According to Alissa Bierma with the Neuse Riverkeeper Foundation, recent tests have revealed PCB contamination in fish throughout Crabtree Creek. The contamination extends into a three-mile section of the Neuse River, Bierma said.
The current plan for clean-up downstream of the former transformer facility involves excavating contaminated sediment and soil from three tributaries near the Ward site as well as lower Brier Creek. The EPA will stop active clean-up there, outlining Monitored Natural Recovery (MNR) for waterways further downstream, including the Brier Creek Reservoir, Lake Crabtree and Lower Crabtree Creek, where contamination is reported to be below the allowable limit of 1 part per million. Meanwhile, Wake County has ordered the public not to take or eat any fish in these areas.
The clean-up remedies selected by the EPA depend on the varying levels of contamination. According to Flores, excavation and clean up will occur in areas with PCB contamination concentrations above 1 milligram per kilogram. Other areas with residual PCBs (less than 1 milligram per kilogram) will be monitored to ensure natural recovery, Flores said.
DeFur insists that the available data doesn’t add up, given the extent of fish contamination in these bodies of water. “They need to know where the PCBs are coming from,” deFur said, adding that additional sampling and testing may be needed to determine if there are any “hot spots” of contamination.
As the name implies, MNR leaves the site as-is, relying on natural processes to reduce the risk of contaminated sediments. This process involves assessments, modeling and continued monitoring of a contaminated area. Both Bierma and deFur contend that there is no positive evidence that demonstrates MNR as an effective solution. “I have never seen it work,” deFur said.
Bierma said she hopes that the EPA will weigh other options and implement a more aggressive strategy, adding that clean-up plans are amended often. “It is not set in stone that monitored natural recovery is the way to go,” Bierma said. “We don’t have enough information to even select an option right now,” she added.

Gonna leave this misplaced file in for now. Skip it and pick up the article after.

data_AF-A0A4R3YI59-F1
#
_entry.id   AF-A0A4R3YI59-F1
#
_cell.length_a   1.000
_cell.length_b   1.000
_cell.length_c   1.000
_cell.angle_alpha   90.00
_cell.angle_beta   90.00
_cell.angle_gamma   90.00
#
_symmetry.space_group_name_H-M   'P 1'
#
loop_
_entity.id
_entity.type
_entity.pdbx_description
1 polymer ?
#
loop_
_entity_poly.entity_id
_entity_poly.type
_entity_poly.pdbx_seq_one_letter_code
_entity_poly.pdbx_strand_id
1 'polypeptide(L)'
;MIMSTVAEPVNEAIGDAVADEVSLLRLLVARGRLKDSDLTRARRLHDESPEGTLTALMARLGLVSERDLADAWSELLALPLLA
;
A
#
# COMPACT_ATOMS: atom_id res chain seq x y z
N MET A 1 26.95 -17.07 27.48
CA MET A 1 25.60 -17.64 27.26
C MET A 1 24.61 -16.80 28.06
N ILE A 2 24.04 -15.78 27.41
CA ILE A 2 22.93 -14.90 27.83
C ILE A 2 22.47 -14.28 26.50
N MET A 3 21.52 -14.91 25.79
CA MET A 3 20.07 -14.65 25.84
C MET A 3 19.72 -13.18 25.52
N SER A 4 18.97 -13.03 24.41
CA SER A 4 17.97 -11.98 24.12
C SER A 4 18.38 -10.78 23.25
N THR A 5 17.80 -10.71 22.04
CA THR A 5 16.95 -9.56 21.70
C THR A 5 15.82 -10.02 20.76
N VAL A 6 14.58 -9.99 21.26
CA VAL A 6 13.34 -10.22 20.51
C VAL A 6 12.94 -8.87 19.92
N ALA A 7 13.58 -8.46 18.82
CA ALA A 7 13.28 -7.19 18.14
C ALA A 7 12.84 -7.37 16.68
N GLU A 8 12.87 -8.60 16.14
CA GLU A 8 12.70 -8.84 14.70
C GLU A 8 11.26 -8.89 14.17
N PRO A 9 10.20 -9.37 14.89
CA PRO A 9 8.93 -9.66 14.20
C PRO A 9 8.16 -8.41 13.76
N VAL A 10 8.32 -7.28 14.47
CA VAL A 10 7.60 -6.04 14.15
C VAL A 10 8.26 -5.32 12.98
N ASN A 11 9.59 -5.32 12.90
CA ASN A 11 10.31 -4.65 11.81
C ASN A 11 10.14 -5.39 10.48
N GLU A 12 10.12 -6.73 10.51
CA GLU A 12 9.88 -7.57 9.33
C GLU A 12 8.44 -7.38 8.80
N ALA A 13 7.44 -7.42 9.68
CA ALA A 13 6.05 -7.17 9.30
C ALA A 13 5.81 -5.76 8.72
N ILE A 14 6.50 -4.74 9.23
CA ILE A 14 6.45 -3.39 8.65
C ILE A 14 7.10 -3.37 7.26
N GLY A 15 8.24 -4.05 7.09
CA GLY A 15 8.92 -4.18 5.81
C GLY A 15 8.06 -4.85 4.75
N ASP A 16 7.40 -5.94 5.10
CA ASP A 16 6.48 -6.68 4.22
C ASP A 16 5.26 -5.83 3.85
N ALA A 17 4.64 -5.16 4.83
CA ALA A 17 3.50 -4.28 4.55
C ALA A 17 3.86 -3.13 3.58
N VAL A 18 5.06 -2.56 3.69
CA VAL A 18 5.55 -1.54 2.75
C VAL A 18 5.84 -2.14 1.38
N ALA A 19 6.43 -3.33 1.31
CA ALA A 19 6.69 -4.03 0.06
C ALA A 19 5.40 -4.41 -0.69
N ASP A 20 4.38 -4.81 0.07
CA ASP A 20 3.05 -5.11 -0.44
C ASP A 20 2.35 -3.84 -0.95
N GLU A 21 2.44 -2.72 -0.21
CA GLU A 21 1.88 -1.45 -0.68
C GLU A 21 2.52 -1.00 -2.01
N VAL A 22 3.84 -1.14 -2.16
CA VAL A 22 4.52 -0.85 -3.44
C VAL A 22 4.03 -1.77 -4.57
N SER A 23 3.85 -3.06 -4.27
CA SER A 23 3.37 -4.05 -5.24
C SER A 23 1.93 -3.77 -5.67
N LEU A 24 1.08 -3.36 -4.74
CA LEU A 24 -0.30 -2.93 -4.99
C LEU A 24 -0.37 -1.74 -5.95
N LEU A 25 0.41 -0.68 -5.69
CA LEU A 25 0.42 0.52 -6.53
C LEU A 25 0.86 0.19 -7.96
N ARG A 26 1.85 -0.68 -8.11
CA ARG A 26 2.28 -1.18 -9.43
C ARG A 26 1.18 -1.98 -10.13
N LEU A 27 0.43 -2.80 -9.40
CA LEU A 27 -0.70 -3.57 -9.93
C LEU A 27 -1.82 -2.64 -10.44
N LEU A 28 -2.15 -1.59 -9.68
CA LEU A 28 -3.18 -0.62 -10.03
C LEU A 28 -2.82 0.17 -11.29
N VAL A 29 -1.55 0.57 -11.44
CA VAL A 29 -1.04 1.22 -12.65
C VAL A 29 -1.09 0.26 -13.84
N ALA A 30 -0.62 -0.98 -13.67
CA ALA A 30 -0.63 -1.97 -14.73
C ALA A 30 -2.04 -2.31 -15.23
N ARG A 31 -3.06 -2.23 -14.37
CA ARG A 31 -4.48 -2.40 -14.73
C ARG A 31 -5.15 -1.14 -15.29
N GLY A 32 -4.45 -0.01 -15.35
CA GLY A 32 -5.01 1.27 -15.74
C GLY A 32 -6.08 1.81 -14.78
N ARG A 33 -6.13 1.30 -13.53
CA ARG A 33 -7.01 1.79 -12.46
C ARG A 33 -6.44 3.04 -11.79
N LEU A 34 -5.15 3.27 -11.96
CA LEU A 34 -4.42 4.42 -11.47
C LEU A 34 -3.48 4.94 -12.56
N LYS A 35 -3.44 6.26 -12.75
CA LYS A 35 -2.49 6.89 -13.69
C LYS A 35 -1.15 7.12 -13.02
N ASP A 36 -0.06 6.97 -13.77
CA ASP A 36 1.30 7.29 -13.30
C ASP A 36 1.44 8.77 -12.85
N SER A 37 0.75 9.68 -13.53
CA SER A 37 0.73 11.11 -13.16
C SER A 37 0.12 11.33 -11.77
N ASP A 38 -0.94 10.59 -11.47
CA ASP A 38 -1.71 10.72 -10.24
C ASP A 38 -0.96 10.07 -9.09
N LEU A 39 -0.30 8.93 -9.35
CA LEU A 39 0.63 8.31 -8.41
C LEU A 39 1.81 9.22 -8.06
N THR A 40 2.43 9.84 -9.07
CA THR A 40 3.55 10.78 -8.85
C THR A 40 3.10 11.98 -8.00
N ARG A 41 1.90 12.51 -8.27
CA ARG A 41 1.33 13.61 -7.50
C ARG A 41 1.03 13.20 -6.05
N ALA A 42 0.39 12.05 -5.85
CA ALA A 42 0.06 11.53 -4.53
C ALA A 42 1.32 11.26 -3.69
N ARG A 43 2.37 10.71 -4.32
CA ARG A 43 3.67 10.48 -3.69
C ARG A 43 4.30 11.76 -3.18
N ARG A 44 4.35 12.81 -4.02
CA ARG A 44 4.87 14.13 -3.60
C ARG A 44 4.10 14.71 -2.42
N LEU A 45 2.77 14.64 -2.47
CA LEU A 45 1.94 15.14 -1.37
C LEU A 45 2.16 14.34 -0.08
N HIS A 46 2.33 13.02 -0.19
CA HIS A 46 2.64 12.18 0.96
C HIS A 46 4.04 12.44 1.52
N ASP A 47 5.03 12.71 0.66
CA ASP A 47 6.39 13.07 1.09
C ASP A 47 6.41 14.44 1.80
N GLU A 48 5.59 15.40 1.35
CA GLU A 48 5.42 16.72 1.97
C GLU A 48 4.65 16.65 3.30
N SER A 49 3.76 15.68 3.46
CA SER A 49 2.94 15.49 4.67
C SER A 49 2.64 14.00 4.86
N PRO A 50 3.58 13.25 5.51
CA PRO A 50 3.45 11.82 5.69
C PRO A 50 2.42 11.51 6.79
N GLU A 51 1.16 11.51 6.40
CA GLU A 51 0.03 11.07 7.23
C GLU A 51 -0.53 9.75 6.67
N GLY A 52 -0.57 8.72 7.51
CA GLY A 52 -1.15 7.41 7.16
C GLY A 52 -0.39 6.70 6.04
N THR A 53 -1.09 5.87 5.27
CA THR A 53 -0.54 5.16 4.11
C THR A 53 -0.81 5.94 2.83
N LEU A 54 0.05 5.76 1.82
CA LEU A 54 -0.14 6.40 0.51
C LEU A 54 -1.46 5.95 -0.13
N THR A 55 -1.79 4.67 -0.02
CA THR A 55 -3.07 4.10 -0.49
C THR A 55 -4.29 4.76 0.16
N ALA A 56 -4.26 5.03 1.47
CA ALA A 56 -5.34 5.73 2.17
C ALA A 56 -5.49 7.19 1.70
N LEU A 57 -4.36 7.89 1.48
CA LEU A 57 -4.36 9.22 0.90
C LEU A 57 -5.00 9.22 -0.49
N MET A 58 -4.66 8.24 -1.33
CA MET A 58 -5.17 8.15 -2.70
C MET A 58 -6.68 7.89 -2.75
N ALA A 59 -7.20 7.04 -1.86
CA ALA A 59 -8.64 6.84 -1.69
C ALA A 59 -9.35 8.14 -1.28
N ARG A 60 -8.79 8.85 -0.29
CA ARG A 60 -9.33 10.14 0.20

“EPA believes that the overall remedy as described in the ROD [Record of Decision] is the most feasible alternative to address the PCB contamination related to the Ward Transformer site and is not considering any other alternatives at this time,” Flores said.
Bierma’s main concern is for minority populations who often practice subsistence fishing in Lake Crabtree and Crabtree Creek. “People are still taking PCBs home, especially with the downturn in the economy.” She is currently working to communicate the activities surrounding the Ward site contamination. Updates on the issue can be found on the Riverkeeper’s Web site.
The Ward Transformer site has been on the EPA’s radar since the late 1970’s. In 1978 and the following year, collected samples on-site revealed PCB contamination in the area soil, storm water impoundment and water and sediments in an unnamed tributary nearby and Little Briar Creek. However, the EPA did not revisit the site until 1993, when it conducted a removal investigation, finding no contaminants above levels that would call for a removal action in the investigated area.
In 1994, a North Carolina Superfund Section assessment recommended an expanded site inspection, which revealed further and more serious contamination. Almost a decade later, the Ward site was added to National Priorities List of toxic sites, launching a phased investigation from April 2003 to Aril 2007.